MARTIAN meteorites that fell to Earth over a hundred years ago now point to signs there may have been life giving water on the Red Planet

Asteroid collisions with the Red Planet 11million years ago caused chunks of meteorites to blast off the planets surface and hurtle through space. A group of these meteors fell to Earth in 1911, the first being in Egypt, and were named the nakhlites. These nakhlites have revealed there was once running water below the Red Planets surface.

Planetary scientists at the University of Glasgow used a technique to analyse these space rocks, claiming they shed light on the process which generated, the potentially live giving, liquid water on Mars.

University of Glasgow’s School of Geographical and Earth Sciences Research Associate Dr Luke Daly said: “There’s a huge amount of information about Mars locked inside the little pieces of the red planet which have fallen to Earth as meteorites.

“What we’ve seen is that the pattern of deformation in the minerals matches exactly the distribution of weathering veins that formed from the Martian fluids.”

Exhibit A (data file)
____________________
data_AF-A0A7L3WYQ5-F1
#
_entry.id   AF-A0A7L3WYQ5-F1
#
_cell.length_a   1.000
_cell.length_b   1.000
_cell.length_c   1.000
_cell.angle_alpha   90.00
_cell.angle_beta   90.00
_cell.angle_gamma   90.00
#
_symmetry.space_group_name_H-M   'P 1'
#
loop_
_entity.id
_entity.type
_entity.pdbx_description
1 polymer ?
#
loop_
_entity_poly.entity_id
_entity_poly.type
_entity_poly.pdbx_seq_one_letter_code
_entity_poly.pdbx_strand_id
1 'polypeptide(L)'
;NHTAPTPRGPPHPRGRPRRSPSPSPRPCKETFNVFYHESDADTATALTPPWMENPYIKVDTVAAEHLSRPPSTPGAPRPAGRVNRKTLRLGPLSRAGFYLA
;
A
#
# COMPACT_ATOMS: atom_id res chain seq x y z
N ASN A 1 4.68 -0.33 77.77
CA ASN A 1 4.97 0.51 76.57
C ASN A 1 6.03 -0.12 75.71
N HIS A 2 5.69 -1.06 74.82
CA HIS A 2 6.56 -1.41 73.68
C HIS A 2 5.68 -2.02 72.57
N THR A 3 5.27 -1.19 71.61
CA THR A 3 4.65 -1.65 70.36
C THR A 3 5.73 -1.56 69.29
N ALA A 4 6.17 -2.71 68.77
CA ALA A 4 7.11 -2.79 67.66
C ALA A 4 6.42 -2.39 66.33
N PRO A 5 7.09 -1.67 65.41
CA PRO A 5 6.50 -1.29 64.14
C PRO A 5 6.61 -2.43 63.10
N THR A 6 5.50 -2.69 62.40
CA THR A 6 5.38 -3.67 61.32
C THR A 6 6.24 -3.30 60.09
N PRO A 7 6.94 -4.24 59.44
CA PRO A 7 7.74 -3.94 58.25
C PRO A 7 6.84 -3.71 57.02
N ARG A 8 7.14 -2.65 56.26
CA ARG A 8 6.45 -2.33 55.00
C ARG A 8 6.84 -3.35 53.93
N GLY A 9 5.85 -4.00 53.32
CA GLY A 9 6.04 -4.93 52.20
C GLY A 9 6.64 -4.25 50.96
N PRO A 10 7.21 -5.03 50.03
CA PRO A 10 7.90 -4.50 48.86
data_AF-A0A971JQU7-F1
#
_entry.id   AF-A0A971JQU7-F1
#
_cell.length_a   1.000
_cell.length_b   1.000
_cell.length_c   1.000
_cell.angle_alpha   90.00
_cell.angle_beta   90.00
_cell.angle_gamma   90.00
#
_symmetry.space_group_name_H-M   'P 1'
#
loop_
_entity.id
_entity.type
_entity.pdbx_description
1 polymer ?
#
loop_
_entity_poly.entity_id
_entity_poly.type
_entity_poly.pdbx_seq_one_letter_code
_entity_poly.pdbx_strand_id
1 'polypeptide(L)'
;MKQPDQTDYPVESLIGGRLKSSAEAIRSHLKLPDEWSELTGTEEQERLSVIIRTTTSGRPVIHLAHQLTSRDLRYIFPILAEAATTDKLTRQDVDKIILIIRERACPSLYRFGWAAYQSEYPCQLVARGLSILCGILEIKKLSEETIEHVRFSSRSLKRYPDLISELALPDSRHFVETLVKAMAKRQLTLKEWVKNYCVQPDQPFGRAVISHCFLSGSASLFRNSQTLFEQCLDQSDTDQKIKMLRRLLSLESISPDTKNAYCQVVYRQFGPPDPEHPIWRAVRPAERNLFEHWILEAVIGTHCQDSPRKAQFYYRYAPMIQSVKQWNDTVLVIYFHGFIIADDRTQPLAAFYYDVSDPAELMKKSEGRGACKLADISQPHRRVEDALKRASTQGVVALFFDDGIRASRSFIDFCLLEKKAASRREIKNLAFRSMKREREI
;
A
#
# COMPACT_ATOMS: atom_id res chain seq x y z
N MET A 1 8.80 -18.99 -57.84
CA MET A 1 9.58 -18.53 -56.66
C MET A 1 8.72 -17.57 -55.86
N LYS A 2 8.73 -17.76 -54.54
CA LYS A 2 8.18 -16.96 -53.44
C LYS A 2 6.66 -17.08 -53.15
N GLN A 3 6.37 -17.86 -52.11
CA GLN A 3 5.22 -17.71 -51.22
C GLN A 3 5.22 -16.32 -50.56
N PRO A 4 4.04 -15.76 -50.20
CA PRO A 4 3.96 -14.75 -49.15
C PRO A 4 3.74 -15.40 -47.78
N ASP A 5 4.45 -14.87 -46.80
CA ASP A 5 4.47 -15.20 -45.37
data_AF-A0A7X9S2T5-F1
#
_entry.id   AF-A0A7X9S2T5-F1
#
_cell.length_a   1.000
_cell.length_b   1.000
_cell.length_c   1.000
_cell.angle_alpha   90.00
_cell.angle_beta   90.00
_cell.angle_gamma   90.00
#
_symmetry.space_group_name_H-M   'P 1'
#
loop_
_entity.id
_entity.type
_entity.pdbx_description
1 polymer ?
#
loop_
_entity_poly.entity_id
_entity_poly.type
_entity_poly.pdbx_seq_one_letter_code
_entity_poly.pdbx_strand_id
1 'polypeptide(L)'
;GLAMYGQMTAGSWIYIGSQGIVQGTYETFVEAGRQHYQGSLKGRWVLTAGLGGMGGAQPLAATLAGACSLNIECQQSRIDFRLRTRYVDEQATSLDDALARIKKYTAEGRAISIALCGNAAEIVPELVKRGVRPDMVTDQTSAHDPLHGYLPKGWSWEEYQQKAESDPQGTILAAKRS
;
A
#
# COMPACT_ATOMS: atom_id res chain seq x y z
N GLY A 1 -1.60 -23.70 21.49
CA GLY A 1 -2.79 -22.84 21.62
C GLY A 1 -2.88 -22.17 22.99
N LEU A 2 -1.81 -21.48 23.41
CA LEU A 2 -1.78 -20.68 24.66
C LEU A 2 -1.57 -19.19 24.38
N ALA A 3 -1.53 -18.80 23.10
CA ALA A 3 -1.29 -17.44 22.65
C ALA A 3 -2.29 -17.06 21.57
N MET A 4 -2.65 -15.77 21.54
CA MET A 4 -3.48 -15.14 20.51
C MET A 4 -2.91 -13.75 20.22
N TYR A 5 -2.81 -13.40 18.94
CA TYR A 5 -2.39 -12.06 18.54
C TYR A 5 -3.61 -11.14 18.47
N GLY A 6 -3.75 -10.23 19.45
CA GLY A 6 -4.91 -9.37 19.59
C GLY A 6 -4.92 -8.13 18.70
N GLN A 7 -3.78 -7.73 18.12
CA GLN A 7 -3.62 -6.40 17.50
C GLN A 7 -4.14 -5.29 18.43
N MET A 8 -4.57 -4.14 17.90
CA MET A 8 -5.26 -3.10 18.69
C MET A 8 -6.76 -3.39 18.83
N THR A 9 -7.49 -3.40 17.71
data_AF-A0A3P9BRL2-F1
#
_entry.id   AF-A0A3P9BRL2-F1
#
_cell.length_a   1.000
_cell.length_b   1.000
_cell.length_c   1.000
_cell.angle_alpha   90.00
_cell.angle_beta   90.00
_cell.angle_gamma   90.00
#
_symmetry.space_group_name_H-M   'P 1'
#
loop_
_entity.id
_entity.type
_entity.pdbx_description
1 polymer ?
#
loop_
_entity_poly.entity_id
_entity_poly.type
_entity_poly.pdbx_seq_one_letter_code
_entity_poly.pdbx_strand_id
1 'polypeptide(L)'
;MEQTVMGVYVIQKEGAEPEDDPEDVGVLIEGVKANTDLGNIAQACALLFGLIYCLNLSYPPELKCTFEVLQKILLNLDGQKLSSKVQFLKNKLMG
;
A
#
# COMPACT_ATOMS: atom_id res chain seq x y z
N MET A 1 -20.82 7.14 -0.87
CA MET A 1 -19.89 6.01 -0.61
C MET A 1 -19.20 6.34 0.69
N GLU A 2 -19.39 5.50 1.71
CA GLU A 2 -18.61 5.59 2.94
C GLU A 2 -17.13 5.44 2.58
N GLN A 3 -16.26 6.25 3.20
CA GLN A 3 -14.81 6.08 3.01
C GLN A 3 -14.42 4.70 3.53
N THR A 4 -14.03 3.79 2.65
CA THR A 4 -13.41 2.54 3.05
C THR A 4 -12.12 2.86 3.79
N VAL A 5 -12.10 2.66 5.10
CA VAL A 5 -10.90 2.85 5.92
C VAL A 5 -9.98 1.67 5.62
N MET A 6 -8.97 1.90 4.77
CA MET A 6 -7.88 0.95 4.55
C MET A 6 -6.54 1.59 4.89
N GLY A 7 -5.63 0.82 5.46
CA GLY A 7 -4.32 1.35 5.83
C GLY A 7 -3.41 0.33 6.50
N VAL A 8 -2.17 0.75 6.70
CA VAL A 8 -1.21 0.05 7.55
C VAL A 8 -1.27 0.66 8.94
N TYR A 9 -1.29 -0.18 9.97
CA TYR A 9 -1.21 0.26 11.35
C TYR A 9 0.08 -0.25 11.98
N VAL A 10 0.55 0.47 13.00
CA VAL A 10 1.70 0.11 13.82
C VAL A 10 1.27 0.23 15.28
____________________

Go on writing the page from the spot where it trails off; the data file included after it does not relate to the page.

The nakhlite analysis revealed the Martian space rocks were formed when the planet was hit by two asteroids, the first 633 million years ago and the second about 11 million years ago.

Mars was crushed by astroids creating water

Mars was crushed by astroids creating water (Image: Getty Images)

The Martian meteorites are being analysed

The Martian meteorites are being analysed (Image: Mirror)

The first formed a massive impact crater on the volcanic rock on the Martian surface.

Dr Daly said: “This impact was big enough and hot enough to melt the ice under the Martian surface and send it rushing through newly-formed cracks in the rock.

“It effectively formed a temporary hydrothermal system below the surface of Mars, which altered the composition of the minerals in the rocks, close to these cracks.

“It suggests an asteroid impact was the mystery mechanism for generating liquid water in the nakhlites long after the volcano that formed them on Mars had become extinct.”

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Mars' surface from the Mars Rover

Mars’ surface from the Mars Rover (Image: getty Images)

He added a second asteroid impacted, hundreds of millions of years later, “had the right combination of angle and force to blast the rocks off the surface of the planet and begin their long journey through space towards Earth”.

The team believe their findings provide new insight into how Mars’ landscape is formed.

Regular bombardments from asteroids could have had similar effects on the planets underground ice throughout the course of Martian history.

These coul

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